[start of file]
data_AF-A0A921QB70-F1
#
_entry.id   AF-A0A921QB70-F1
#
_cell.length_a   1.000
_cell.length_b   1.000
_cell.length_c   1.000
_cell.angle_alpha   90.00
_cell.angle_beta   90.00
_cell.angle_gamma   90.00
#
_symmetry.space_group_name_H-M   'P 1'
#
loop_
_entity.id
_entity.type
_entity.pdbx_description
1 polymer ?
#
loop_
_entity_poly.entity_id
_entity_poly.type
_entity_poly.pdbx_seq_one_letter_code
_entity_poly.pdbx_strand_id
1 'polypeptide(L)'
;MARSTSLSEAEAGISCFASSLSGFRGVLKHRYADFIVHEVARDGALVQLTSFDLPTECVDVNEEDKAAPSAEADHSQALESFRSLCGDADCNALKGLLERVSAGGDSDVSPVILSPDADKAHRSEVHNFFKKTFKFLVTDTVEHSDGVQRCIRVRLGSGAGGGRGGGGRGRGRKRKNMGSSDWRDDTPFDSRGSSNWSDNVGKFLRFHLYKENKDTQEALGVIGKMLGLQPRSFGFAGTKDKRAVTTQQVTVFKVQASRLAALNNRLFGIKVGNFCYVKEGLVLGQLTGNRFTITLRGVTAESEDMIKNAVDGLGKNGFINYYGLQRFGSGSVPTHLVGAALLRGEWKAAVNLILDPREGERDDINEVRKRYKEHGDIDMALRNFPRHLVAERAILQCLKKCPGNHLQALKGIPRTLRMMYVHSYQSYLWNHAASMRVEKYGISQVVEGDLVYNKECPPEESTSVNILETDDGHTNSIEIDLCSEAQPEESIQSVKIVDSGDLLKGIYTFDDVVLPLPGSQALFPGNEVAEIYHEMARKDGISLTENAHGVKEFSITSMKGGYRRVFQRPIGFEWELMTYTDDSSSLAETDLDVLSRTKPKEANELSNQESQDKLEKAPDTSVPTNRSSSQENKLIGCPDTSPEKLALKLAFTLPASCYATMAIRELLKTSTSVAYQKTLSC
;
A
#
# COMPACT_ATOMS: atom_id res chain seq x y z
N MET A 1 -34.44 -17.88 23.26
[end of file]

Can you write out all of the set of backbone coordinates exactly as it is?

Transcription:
data_AF-A0A921QB70-F1
#
_entry.id   AF-A0A921QB70-F1
#
_cell.length_a   1.000
_cell.length_b   1.000
_cell.length_c   1.000
_cell.angle_alpha   90.00
_cell.angle_beta   90.00
_cell.angle_gamma   90.00
#
_symmetry.space_group_name_H-M   'P 1'
#
loop_
_entity.id
_entity.type
_entity.pdbx_description
1 polymer ?
#
loop_
_entity_poly.entity_id
_entity_poly.type
_entity_poly.pdbx_seq_one_letter_code
_entity_poly.pdbx_strand_id
1 'polypeptide(L)'
;MARSTSLSEAEAGISCFASSLSGFRGVLKHRYADFIVHEVARDGALVQLTSFDLPTECVDVNEEDKAAPSAEADHSQALESFRSLCGDADCNALKGLLERVSAGGDSDVSPVILSPDADKAHRSEVHNFFKKTFKFLVTDTVEHSDGVQRCIRVRLGSGAGGGRGGGGRGRGRKRKNMGSSDWRDDTPFDSRGSSNWSDNVGKFLRFHLYKENKDTQEALGVIGKMLGLQPRSFGFAGTKDKRAVTTQQVTVFKVQASRLAALNNRLFGIKVGNFCYVKEGLVLGQLTGNRFTITLRGVTAESEDMIKNAVDGLGKNGFINYYGLQRFGSGSVPTHLVGAALLRGEWKAAVNLILDPREGERDDINEVRKRYKEHGDIDMALRNFPRHLVAERAILQCLKKCPGNHLQALKGIPRTLRMMYVHSYQSYLWNHAASMRVEKYGISQVVEGDLVYNKECPPEESTSVNILETDDGHTNSIEIDLCSEAQPEESIQSVKIVDSGDLLKGIYTFDDVVLPLPGSQALFPGNEVAEIYHEMARKDGISLTENAHGVKEFSITSMKGGYRRVFQRPIGFEWELMTYTDDSSSLAETDLDVLSRTKPKEANELSNQESQDKLEKAPDTSVPTNRSSSQENKLIGCPDTSPEKLALKLAFTLPASCYATMAIRELLKTSTSVAYQKTLSC
;
A
#
# COMPACT_ATOMS: atom_id res chain seq x y z
N MET A 1 -34.44 -17.88 23.26